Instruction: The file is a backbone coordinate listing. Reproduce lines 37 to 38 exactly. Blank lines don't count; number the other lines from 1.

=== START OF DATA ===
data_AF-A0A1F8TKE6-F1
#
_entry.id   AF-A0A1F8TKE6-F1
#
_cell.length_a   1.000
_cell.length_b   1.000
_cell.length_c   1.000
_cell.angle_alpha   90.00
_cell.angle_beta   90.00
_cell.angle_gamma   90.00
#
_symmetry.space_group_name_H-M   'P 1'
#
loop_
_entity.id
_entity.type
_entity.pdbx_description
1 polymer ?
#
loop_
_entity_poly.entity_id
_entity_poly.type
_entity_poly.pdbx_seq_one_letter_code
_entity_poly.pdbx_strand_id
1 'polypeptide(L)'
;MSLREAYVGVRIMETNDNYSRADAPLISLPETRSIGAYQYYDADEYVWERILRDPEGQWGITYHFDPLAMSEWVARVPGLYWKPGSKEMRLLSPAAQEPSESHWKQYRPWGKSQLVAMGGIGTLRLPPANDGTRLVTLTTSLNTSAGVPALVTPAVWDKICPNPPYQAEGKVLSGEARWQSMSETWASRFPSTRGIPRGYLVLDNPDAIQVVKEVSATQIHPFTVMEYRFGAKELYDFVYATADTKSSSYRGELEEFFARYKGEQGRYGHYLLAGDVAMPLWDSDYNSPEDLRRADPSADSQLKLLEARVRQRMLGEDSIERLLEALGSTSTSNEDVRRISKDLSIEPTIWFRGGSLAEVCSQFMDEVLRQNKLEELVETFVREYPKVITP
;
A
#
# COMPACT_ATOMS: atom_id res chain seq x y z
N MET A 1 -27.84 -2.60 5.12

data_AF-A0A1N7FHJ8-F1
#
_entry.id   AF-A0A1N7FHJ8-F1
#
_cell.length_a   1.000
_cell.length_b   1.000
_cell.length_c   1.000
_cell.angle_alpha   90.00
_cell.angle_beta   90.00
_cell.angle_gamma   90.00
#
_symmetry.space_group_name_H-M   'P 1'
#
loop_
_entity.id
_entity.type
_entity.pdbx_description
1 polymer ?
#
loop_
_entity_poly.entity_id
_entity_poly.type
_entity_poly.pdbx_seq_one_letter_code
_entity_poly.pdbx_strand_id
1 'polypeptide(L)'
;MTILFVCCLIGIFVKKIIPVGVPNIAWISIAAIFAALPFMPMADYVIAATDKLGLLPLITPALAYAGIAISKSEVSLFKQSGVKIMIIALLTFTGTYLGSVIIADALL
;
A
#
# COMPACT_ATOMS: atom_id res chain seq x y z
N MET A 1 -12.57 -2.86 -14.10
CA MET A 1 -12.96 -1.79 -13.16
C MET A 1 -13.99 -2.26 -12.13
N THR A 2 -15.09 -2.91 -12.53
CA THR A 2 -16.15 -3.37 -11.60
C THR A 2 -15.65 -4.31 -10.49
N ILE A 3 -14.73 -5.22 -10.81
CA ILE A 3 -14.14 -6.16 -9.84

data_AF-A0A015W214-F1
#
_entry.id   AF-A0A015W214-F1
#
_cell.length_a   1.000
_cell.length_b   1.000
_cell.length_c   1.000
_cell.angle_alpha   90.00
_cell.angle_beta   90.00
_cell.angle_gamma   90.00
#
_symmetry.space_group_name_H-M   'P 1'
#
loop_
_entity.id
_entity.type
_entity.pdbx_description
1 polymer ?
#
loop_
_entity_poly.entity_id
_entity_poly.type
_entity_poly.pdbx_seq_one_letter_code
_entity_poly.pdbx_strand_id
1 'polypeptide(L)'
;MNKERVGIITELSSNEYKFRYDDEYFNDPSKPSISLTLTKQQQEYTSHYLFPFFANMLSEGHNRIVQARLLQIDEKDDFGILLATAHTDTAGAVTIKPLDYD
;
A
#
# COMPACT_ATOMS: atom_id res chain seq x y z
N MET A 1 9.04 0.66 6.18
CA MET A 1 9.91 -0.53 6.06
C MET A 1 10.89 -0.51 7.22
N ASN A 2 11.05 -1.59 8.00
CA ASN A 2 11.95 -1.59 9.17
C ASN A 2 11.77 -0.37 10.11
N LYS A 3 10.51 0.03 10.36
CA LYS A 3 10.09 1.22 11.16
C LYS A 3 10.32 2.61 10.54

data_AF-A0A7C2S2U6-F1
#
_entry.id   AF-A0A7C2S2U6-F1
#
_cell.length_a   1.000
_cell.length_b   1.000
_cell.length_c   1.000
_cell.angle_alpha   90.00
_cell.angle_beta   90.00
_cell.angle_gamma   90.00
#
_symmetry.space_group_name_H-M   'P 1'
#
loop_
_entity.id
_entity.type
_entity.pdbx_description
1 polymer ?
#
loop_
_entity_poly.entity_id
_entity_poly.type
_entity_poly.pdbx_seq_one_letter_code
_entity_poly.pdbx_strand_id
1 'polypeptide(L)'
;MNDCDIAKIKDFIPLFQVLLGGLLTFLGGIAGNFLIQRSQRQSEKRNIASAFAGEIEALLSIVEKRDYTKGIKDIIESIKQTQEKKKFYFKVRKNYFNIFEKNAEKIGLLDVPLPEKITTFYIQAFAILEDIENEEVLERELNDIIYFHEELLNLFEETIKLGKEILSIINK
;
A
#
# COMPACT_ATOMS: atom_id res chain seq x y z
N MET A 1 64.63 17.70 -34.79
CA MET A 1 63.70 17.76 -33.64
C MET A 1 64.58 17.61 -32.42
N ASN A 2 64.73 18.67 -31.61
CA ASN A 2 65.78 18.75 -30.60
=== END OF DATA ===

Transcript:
_cell.length_b   1.000
_cell.length_c   1.000